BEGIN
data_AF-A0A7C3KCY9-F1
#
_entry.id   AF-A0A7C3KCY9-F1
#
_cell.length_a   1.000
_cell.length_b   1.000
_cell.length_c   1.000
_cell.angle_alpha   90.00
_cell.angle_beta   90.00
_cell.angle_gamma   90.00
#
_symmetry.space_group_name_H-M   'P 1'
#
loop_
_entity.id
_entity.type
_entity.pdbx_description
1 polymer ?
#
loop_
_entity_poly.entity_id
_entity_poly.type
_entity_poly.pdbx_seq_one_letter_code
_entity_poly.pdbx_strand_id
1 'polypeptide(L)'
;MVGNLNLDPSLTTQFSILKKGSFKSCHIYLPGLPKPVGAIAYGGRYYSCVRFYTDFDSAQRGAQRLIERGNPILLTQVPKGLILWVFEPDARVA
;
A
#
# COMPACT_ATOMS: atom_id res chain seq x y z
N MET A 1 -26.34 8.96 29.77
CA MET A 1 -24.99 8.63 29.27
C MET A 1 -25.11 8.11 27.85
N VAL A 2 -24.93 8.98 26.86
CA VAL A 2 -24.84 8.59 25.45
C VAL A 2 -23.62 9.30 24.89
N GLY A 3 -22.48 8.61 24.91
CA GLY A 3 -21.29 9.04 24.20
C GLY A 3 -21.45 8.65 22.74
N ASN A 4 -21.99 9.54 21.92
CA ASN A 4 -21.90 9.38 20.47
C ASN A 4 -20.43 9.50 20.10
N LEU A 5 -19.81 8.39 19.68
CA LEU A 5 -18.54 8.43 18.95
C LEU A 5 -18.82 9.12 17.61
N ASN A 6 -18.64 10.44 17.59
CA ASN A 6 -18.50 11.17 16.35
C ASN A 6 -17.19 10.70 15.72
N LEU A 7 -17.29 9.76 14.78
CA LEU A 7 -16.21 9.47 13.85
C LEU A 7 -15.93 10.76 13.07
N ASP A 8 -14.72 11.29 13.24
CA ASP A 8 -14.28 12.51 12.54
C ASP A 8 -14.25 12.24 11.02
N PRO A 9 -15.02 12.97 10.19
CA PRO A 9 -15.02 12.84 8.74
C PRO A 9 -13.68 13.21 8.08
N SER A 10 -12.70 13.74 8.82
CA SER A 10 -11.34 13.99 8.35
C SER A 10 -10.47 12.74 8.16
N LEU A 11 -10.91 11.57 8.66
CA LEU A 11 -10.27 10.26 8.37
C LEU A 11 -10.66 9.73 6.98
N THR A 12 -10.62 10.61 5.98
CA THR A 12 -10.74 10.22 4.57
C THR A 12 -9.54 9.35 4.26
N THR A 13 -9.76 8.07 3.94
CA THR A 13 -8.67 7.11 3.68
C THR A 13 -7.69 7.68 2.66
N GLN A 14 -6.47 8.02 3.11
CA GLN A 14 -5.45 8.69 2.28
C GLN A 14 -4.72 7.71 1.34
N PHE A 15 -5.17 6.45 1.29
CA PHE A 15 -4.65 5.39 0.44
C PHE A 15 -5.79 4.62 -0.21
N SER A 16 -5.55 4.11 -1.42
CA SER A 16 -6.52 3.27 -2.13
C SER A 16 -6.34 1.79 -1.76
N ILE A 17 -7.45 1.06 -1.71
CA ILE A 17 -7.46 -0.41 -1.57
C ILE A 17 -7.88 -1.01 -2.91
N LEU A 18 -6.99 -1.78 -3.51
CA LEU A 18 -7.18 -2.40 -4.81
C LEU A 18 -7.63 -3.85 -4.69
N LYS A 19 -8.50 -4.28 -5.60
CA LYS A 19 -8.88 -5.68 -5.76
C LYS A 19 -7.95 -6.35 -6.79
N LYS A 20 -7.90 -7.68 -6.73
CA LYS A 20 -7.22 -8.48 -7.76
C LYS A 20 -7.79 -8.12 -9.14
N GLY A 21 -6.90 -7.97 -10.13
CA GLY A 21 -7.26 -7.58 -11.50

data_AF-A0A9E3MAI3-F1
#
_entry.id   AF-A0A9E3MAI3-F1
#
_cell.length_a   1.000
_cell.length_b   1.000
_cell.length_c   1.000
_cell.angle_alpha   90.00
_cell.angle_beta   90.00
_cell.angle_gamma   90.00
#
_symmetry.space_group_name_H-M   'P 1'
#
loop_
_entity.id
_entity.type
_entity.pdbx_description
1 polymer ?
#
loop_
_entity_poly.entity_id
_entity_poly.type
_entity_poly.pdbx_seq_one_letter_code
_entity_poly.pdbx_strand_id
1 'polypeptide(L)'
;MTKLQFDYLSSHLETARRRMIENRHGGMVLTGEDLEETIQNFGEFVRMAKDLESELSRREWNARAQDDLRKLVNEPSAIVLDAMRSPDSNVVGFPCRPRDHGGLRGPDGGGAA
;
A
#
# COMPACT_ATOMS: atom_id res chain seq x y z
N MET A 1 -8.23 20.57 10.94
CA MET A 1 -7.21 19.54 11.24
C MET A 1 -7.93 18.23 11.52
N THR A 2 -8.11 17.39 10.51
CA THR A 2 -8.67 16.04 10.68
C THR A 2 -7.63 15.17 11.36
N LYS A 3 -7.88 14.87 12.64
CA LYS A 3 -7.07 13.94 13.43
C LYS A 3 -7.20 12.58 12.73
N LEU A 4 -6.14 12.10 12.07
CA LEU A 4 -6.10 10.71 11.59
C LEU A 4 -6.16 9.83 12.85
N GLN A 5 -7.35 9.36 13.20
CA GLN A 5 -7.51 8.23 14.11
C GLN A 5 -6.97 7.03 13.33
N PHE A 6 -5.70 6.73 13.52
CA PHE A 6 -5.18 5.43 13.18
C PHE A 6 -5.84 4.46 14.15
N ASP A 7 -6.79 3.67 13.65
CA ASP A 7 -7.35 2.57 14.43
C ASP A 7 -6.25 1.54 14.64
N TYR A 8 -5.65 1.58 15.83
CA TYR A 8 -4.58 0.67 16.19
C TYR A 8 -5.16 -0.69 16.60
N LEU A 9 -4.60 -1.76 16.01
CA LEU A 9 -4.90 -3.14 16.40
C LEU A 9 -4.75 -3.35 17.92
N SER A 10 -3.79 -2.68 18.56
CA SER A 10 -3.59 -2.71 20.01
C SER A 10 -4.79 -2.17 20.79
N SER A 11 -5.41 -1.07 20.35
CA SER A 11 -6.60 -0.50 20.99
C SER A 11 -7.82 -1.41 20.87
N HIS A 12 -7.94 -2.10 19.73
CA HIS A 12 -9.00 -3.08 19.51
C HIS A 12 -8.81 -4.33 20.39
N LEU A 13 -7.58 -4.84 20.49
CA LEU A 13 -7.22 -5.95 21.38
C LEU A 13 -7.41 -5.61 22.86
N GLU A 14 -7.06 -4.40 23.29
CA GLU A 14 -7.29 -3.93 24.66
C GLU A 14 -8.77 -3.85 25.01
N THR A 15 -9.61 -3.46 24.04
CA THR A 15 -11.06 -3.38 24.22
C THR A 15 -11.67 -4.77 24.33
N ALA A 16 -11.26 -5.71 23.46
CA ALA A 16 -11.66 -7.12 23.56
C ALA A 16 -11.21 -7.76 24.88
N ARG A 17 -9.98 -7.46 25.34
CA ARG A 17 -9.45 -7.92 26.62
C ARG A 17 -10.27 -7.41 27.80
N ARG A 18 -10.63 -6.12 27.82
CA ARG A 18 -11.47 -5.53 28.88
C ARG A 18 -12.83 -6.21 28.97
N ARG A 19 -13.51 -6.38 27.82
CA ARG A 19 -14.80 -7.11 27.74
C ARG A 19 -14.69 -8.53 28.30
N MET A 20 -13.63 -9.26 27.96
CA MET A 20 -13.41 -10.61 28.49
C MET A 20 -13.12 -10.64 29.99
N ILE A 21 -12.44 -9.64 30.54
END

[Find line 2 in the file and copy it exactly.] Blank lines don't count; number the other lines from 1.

#